Attacking clearances

Attacking clearances are a great way of eliminating a scoring chance, running in to get rid of the ball before an attacker can get to it. Standing up and kicking away, you do not take yourself out of the play as you would with a dive; allowing you to get back into the game if things mess up!

The attacking clearance is one of the best forms of aggressive goalkeeping, without having to commit to the risky manoeuvre of athletically diving in to deny a pass; actively choosing to deny a scoring chance, but also eliminating the possibility of another by clearing it away to safety in a single move. When a breakaway opportunity presents itself, you should be the first one there to meet the incoming ball; rushing out to deny the attacker the chance to receive the intended pass, which would otherwise have resulted in a tricky 1-on-1. However, you shouldn’t just use it in this situation; at times when the ball gets loose within a D, you need to be active in claiming the ball, dominating your area to control the play to your advantage.


The technique for a solid attacking clearance is based on a well executed instep kick, so that you can gain the maximum distance for the clearance, when swinging in. Given that you are running in with speed, to make contact with the ball, you have to be precise and accurate, otherwise you could mess up the attempt, or miss the ball entirely.

  • Begin your run on the angle of contact with the ball (i.e. straight forward, if it is coming down that way, or diagonally); it is important you match up the angle, or you can end up being in the wrong place when it arrives

  • As you run in to meet the ball, swing in with the instep (using an instep kick), for maximum on the clearance – watch the ball in, to ensure you

  • Direct the kick with your instep; turning your foot to angle the redirect (face the area you want to clear it to, to help this)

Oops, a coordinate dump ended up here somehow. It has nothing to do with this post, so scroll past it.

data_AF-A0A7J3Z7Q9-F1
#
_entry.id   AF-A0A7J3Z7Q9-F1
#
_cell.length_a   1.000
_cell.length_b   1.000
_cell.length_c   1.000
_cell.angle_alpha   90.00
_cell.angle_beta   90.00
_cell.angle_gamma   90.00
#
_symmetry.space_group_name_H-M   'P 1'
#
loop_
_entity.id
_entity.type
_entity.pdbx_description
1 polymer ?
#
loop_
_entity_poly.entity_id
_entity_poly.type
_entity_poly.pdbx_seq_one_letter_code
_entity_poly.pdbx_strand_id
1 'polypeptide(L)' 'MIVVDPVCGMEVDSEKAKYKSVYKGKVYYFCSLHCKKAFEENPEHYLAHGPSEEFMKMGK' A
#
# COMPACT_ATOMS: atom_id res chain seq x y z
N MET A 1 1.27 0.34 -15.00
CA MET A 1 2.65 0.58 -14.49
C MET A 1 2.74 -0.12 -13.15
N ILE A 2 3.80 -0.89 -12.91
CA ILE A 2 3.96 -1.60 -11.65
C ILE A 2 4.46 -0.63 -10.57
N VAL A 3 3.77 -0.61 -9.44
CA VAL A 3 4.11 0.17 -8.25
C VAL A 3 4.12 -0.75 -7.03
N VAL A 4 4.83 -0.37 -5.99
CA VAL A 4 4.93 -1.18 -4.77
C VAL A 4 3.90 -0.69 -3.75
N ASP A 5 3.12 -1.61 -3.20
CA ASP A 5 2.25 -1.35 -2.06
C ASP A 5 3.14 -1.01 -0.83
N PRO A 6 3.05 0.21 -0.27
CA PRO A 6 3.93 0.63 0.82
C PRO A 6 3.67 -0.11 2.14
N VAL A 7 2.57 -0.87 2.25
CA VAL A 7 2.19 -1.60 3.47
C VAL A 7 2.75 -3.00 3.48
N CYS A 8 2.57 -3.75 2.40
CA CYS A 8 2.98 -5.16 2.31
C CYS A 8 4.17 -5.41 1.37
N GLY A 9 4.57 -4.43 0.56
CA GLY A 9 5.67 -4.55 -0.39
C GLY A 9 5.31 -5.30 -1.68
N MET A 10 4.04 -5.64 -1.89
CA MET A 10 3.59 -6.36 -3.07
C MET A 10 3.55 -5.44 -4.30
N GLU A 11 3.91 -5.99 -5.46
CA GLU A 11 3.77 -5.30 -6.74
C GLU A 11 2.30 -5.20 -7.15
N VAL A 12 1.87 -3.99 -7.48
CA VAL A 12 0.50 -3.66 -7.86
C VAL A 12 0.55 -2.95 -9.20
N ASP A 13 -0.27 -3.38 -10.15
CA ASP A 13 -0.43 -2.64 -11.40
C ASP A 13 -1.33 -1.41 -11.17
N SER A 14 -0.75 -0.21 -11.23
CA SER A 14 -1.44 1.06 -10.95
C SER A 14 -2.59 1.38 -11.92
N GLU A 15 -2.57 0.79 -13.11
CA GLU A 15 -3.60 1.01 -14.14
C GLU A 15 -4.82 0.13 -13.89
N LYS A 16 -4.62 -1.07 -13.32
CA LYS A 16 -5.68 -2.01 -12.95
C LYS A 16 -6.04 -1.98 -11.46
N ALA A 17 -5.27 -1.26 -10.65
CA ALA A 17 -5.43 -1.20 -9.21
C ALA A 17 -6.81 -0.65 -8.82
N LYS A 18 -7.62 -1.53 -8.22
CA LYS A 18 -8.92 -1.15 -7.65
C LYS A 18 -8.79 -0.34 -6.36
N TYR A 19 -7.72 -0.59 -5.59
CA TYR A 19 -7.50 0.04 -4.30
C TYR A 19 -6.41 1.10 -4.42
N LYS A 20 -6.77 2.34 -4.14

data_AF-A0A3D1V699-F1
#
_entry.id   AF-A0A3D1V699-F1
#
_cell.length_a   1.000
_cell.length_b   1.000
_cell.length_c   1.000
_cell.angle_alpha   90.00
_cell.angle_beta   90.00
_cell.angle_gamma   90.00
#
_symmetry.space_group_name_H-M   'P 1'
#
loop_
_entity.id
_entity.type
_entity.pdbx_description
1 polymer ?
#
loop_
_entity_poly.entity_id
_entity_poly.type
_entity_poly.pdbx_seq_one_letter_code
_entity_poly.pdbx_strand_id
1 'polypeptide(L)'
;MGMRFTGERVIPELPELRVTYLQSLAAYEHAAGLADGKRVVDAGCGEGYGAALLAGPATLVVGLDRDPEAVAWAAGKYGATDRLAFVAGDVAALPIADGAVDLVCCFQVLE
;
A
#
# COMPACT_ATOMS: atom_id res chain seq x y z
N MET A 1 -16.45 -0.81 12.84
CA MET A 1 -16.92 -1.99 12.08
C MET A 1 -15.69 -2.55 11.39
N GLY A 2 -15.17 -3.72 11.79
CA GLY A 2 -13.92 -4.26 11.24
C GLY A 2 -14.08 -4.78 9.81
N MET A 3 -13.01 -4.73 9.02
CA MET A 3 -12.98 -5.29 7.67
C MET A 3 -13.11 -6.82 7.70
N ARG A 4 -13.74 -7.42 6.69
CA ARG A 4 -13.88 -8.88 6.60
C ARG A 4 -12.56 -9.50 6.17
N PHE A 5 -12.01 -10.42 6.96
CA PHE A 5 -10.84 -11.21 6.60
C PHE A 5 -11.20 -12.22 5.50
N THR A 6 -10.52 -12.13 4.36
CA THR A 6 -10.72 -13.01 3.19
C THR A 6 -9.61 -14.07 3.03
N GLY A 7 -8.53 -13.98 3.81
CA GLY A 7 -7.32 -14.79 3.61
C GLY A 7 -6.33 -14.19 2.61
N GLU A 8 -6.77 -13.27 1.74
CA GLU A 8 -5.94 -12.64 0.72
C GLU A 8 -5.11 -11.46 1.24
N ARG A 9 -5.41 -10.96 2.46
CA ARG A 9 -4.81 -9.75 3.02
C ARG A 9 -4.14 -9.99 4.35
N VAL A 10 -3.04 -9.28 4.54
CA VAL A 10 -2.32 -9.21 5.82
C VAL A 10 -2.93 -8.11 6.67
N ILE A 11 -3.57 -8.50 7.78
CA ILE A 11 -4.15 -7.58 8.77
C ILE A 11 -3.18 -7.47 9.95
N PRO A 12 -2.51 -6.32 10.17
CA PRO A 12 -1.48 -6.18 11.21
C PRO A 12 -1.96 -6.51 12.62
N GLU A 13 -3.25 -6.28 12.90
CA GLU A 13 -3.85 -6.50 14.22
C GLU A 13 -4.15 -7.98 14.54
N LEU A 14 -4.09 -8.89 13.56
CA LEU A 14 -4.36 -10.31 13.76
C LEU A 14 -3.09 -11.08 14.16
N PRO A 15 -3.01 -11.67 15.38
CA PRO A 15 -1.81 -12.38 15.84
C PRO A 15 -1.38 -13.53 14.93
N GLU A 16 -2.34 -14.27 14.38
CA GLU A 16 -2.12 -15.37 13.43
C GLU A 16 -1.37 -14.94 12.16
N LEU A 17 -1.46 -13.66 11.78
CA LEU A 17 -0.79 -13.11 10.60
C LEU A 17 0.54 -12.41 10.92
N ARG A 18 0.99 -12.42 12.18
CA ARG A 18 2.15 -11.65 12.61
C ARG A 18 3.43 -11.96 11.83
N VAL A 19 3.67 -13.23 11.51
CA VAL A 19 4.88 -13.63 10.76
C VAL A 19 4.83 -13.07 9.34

• Follow through on your kick as normal, so that the angle of direction is maintained after the kick (i.e. to keep a straight line)

  • Having made the clearance, get back in goal as soon as possible, so you are ready, just in case



  • Be ‘quick off the blocks’ to beat the attacker to the ball; sprint out with speed to reach it

  • Be aggressive – don’t back out, be committed, and go in with

  • Stick to your decision: be decisive; if you think twice and mess up, then you can get in a tricky spot, embarrassingly concede a silly goal

Breakaway passes

The most obvious scenario during a match where you can actively come out off your line to meet the ball and launch it clear, is on a breakaway. By challenging with an attacking clearance, you can eliminate such an opportunity. With the attacker racing forward trying to receive the long pass and then take you on in a 1-on-1, you have the time to come out and clear the ball (away to the sides) before they reach it; denying them a chance on goal. As the ball comes in, sprint out to meet it and then kick clear with the instep technique, focusing on where the open space is, and therefore where to place it.

With an aerial ball into the D (at higher levels) you have to be more ‘on your toes’ and ‘ready for action’ to quickly counter the threat; . Before you know it you can get ‘sprung’ on the play, quickly beaten by the attacker as they run around you, with the ball in the back of the net. At times like this, you need to react in an instant; sprinting in immediately to get to the ball first.


Loose balls

In scenarios when the ball gets loose, you can again actively come out to clear. Whenever a ball has broken free, you can make it your job to get to it and kick it away; eliminating any chance of an attacker getting to it. If the ball gets free in the D, then you can come off your line and sprint into the ball’s path; actively getting rid of it to the sidelines. By doing this, it allows your defence to regroup and ; buying you time to get back in goal and prepare for further shots on goal. By aggressively taking charge of the situation, you relieve the pressure on your defenders to deal with the problem, whilst also nullifying the danger and making it ‘safe’; preventing any further chances on goal. With your kicking ability, you can put the ball to safety with power and distance on the clearance, or pass it to a free player, to get it away from the danger area.